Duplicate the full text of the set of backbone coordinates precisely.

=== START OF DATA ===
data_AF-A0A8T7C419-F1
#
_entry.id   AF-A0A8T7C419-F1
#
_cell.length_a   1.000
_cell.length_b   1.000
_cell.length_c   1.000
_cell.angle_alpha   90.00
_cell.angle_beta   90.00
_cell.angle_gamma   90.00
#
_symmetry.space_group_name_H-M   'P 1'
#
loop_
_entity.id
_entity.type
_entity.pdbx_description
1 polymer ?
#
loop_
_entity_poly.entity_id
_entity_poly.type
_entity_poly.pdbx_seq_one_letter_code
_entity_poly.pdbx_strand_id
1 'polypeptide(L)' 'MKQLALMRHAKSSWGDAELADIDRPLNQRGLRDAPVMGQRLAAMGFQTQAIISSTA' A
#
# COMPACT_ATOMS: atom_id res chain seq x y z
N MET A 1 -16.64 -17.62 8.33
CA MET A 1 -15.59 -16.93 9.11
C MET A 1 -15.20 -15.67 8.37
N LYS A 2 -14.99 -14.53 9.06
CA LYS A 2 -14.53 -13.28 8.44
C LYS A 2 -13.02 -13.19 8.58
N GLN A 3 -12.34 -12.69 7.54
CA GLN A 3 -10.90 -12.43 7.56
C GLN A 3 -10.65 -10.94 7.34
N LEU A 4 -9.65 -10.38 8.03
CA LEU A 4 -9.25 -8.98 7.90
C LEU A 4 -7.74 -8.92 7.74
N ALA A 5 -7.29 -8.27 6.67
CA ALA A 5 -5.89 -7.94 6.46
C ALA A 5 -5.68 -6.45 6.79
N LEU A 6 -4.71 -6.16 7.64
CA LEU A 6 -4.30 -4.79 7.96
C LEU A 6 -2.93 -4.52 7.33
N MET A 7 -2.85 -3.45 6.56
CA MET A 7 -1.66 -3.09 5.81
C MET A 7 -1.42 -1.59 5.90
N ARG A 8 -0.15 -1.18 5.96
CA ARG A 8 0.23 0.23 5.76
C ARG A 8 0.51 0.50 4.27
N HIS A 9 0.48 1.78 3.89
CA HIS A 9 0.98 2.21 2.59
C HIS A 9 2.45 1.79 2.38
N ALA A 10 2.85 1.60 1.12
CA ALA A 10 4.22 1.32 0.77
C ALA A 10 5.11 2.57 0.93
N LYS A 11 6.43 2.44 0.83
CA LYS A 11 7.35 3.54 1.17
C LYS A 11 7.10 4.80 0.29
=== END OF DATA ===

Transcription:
data_AF-A0A8T7C419-F1
#
_entry.id   AF-A0A8T7C419-F1
#
_cell.length_a   1.000
_cell.length_b   1.000
_cell.length_c   1.000
_cell.angle_alpha   90.00
_cell.angle_beta   90.00
_cell.angle_gamma   90.00
#
_symmetry.space_group_name_H-M   'P 1'
#
loop_
_entity.id
_entity.type
_entity.pdbx_description
1 polymer ?
#
loop_
_entity_poly.entity_id
_entity_poly.type
_entity_poly.pdbx_seq_one_letter_code
_entity_poly.pdbx_strand_id
1 'polypeptide(L)' 'MKQLALMRHAKSSWGDAELADIDRPLNQRGLRDAPVMGQRLAAMGFQTQAIISSTA' A
#
# COMPACT_ATOMS: atom_id res chain seq x y z
N MET A 1 -16.64 -17.62 8.33
CA MET A 1 -15.59 -16.93 9.11
C MET A 1 -15.20 -15.67 8.37
N LYS A 2 -14.99 -14.53 9.06
CA LYS A 2 -14.53 -13.28 8.44
C LYS A 2 -13.02 -13.19 8.58
N GLN A 3 -12.34 -12.69 7.54
CA GLN A 3 -10.90 -12.43 7.56
C GLN A 3 -10.65 -10.94 7.34
N LEU A 4 -9.65 -10.38 8.03
CA LEU A 4 -9.25 -8.98 7.90
C LEU A 4 -7.74 -8.92 7.74
N ALA A 5 -7.29 -8.27 6.67
CA ALA A 5 -5.89 -7.94 6.46
C ALA A 5 -5.68 -6.45 6.79
N LEU A 6 -4.71 -6.16 7.64
CA LEU A 6 -4.30 -4.79 7.96
C LEU A 6 -2.93 -4.52 7.33
N MET A 7 -2.85 -3.45 6.56
CA MET A 7 -1.66 -3.09 5.81
C MET A 7 -1.42 -1.59 5.90
N ARG A 8 -0.15 -1.18 5.96
CA ARG A 8 0.23 0.23 5.76
C ARG A 8 0.51 0.50 4.27
N HIS A 9 0.48 1.78 3.89
CA HIS A 9 0.98 2.21 2.59
C HIS A 9 2.45 1.79 2.38
N ALA A 10 2.85 1.60 1.12
CA ALA A 10 4.22 1.32 0.77
C ALA A 10 5.11 2.57 0.93
N LYS A 11 6.43 2.44 0.83
CA LYS A 11 7.35 3.54 1.17
C LYS A 11 7.10 4.80 0.29